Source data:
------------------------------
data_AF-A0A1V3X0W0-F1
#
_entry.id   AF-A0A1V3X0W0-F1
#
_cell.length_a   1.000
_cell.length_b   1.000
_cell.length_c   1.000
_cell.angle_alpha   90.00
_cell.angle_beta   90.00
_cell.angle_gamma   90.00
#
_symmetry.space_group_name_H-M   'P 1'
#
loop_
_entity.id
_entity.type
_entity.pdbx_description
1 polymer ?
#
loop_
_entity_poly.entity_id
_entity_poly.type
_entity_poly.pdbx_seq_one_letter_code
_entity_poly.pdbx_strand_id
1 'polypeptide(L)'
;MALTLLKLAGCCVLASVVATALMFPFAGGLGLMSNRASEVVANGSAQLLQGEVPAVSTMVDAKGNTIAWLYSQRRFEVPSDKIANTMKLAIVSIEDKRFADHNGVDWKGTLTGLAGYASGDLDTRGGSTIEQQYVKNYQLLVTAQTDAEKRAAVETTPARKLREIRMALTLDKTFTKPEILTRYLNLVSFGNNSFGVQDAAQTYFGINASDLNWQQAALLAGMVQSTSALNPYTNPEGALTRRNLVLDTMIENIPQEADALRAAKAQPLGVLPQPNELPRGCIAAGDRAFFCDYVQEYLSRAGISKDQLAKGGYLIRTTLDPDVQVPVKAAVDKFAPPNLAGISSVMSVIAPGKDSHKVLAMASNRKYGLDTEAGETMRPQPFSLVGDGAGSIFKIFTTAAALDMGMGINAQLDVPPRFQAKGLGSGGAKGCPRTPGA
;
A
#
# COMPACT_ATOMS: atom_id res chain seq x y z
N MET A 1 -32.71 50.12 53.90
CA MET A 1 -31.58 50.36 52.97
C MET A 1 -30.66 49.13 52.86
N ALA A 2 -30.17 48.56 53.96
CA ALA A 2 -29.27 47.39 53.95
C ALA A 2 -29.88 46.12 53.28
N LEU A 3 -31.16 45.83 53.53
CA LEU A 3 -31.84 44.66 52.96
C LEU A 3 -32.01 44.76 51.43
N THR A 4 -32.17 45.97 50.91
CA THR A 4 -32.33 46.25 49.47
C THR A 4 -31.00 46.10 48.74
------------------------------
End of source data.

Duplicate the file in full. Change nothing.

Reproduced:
data_AF-A0A1V3X0W0-F1
#
_entry.id   AF-A0A1V3X0W0-F1
#
_cell.length_a   1.000
_cell.length_b   1.000
_cell.length_c   1.000
_cell.angle_alpha   90.00
_cell.angle_beta   90.00
_cell.angle_gamma   90.00
#
_symmetry.space_group_name_H-M   'P 1'
#
loop_
_entity.id
_entity.type
_entity.pdbx_description
1 polymer ?
#
loop_
_entity_poly.entity_id
_entity_poly.type
_entity_poly.pdbx_seq_one_letter_code
_entity_poly.pdbx_strand_id
1 'polypeptide(L)'
;MALTLLKLAGCCVLASVVATALMFPFAGGLGLMSNRASEVVANGSAQLLQGEVPAVSTMVDAKGNTIAWLYSQRRFEVPSDKIANTMKLAIVSIEDKRFADHNGVDWKGTLTGLAGYASGDLDTRGGSTIEQQYVKNYQLLVTAQTDAEKRAAVETTPARKLREIRMALTLDKTFTKPEILTRYLNLVSFGNNSFGVQDAAQTYFGINASDLNWQQAALLAGMVQSTSALNPYTNPEGALTRRNLVLDTMIENIPQEADALRAAKAQPLGVLPQPNELPRGCIAAGDRAFFCDYVQEYLSRAGISKDQLAKGGYLIRTTLDPDVQVPVKAAVDKFAPPNLAGISSVMSVIAPGKDSHKVLAMASNRKYGLDTEAGETMRPQPFSLVGDGAGSIFKIFTTAAALDMGMGINAQLDVPPRFQAKGLGSGGAKGCPRTPGA
;
A
#
# COMPACT_ATOMS: atom_id res chain seq x y z
N MET A 1 -32.71 50.12 53.90
CA MET A 1 -31.58 50.36 52.97
C MET A 1 -30.66 49.13 52.86
N ALA A 2 -30.17 48.56 53.96
CA ALA A 2 -29.27 47.39 53.95
C ALA A 2 -29.88 46.12 53.28
N LEU A 3 -31.16 45.83 53.53
CA LEU A 3 -31.84 44.66 52.96
C LEU A 3 -32.01 44.76 51.43
N THR A 4 -32.17 45.97 50.91
CA THR A 4 -32.33 46.25 49.47
C THR A 4 -31.00 46.10 48.74